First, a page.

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donderdag 20 september 2012

ME is no more 'in the mind' than Multiple Sclerosis.

thank you sooooo much Sonia Poulton

19 September 2012 9:03 PM

ME is no more 'in the mind' than Multiple Sclerosis. When is the world going to get that?

Ever since I first wrote on the subject of Myalgic Encephalomyelitis - or to afford it a more user-friendly title, ME - earlier this year for MailOnline,  I have been overwhelmed by the response from patients and their loved ones.
The over-riding message I have received has been one of gratitude. I can tell you that this is something of an unusual experience for a journalist writing for national newspapers.
These people have Facebook-ed and Tweeted me. I have received calls and e-mails. There have been forums addressing the article and pictures and cards received which outlined a sense of relief for millions of people.
Many of these voices – including some of the greatest scientific, legal and academic minds in the ME world – have echoed a collective sigh to see their illness validated in the media.
The very notion that the media, and the press in particular, can actually serve a positive purpose in society may come as a surprise. But sometimes it does. And my piece, according to the phenomenal response that greeted it, was just one of those times.
Here's why. For decades, people who have suffered the debilitating – and sometimes fatal – condition of ME have been forced into a type of denial.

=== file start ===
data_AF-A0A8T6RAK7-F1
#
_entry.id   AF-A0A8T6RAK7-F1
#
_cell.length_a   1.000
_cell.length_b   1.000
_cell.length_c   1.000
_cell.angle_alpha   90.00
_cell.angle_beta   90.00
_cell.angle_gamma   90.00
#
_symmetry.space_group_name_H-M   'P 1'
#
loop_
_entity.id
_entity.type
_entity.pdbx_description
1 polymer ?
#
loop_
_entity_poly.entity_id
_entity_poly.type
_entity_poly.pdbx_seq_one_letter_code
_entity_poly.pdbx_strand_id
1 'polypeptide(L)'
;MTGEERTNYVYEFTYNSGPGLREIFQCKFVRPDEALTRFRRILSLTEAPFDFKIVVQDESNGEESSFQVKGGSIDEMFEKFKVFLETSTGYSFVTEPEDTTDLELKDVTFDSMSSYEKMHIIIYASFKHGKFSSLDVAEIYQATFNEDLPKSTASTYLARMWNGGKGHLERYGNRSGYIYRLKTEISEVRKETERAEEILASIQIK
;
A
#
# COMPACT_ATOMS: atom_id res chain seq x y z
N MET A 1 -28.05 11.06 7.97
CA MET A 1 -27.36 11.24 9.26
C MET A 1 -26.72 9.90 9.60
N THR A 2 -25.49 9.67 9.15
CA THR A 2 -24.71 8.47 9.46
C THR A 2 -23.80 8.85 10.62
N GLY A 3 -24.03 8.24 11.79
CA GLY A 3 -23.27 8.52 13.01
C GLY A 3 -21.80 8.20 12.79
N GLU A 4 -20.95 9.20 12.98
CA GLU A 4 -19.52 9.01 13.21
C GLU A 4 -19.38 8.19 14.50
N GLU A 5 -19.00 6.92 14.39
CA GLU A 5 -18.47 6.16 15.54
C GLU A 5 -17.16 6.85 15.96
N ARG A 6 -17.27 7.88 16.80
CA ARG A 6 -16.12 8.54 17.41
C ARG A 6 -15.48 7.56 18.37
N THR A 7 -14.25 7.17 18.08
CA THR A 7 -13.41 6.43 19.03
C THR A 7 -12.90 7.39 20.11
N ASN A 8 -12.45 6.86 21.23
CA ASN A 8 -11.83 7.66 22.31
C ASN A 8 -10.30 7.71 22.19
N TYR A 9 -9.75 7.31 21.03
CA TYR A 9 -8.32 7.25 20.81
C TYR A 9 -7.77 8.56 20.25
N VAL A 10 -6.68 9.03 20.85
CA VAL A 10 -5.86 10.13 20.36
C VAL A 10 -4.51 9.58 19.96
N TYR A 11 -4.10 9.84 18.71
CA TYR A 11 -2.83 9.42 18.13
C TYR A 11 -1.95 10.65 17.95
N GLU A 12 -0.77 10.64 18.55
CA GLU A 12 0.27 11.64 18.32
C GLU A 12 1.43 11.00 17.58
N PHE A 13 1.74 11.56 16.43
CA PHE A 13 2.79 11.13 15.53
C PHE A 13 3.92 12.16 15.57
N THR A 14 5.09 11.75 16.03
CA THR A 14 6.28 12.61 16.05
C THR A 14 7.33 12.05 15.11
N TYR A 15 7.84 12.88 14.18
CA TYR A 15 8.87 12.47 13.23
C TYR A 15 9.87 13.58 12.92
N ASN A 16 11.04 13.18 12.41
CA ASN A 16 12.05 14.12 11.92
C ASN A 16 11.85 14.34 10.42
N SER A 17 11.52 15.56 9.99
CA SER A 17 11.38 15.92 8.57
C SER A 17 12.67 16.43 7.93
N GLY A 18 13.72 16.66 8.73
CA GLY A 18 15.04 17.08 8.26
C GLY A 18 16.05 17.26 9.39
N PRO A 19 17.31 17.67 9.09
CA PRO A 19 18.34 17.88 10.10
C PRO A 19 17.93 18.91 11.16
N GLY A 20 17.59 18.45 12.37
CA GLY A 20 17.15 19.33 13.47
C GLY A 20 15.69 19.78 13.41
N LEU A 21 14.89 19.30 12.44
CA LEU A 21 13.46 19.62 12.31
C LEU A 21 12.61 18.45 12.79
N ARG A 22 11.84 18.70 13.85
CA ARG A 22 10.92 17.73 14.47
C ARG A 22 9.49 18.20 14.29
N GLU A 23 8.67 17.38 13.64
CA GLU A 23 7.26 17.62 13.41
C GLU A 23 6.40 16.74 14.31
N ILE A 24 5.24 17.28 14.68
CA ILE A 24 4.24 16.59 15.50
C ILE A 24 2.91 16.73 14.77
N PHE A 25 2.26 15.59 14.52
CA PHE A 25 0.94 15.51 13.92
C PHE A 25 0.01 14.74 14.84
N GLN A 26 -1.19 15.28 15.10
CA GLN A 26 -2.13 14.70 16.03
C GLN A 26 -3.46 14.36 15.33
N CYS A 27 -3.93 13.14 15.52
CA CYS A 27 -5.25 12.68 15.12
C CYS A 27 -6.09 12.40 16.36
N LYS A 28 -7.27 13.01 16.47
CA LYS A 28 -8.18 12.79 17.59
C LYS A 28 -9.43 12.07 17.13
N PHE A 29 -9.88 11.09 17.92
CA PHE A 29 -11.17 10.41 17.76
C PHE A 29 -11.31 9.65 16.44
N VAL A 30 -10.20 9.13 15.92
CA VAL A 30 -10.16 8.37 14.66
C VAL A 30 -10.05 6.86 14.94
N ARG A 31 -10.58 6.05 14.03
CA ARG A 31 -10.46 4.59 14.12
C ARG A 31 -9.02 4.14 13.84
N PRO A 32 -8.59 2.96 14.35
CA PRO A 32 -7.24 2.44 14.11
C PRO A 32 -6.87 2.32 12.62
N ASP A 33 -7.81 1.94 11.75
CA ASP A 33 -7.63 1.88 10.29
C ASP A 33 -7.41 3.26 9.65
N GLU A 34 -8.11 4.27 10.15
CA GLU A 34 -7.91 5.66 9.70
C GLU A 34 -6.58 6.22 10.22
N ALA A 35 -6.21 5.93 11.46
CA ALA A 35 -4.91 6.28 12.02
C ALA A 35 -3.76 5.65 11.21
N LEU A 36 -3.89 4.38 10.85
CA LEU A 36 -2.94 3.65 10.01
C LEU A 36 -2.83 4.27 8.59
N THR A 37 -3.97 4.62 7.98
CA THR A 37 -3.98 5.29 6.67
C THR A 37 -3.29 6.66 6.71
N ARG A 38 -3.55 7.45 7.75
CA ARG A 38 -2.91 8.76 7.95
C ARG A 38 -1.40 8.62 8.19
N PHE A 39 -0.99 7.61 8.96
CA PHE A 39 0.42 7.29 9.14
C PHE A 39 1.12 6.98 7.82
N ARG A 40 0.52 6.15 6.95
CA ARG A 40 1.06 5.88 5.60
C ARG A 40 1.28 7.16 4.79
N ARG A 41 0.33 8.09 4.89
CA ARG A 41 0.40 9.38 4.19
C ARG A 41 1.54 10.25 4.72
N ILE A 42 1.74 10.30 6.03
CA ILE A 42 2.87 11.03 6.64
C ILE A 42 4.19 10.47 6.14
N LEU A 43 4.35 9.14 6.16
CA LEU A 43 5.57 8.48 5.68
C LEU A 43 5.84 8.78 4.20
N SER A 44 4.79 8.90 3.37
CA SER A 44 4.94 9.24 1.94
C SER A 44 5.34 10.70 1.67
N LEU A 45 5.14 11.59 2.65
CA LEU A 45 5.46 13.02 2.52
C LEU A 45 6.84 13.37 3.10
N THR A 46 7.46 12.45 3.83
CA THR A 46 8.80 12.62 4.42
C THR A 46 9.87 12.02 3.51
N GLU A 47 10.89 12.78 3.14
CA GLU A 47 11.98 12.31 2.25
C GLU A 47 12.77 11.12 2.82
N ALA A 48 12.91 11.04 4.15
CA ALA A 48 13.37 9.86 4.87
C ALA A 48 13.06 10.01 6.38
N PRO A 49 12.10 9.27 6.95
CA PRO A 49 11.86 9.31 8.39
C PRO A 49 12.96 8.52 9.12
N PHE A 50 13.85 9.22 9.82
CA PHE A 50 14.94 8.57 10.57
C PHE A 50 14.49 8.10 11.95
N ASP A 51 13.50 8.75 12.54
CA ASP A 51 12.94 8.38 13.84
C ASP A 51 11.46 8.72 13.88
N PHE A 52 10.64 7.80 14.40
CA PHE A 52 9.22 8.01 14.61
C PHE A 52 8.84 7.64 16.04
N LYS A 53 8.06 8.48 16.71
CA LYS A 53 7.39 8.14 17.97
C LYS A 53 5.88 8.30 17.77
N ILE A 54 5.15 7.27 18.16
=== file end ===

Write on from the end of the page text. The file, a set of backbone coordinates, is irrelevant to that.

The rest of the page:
They have been told that their illness doesn't really exist on the scale that they claim to experience it (due, in part, to it being labelled a 'chronic fatigue syndrome'. A highly controversial description because it creates an image of something substantially less than what ME actually is).
They have been told, repeatedly, to 'pull themselves together' and to 'G.E.T. A G.R.I.P.' (a vile acronym actually used to describe the graded exercise prescribed, wrongly, to ME patients).
In short, it is not enough for people to have to endure serious multi-system issues that can leave them bed-bound for months at a time, but they are also made to feel bad for, well, feeling bad.
What an injustice. 

For full article and comments see the website

woensdag 19 september 2012


Er is misschien hoop voor de vele mensen met een chronische snotneus (sinusitis voor de geleerden onder ons). Uit recent onderzoek blijkt dat er een huidbacterie woekert in de neusholtes. Deze zou men niet hoeven te doden met antibiotica of ander zwaar geschut, nee nee een spray met probiotica (meer bepaald Lactobacillus sakei) zou volstaan om de bacterie de kop in te drukken.

Och was alles maar zo eenvoudig op te lossen ...

donderdag 13 september 2012

The fall of the biopsychosocial model

While both CBT and GET are not often discussed directly in biopsychosocial terms, its alluded to frequently.
GET is of course the bio- part;
CBT (under a presumption of a psychosomatic illness) is the -psycho- part,
and denying patients support and benefits that will enable their illness is the -social part.


woensdag 12 september 2012

One Link Established- Chronic Fatigue Syndrome (CFS), Lupus, Fibromyalgia, Autoimmune disease and Chronic Lyme Disease

An Easy Explanation to Idiopathic (unknown Cause of Disease) – But is it the Right One?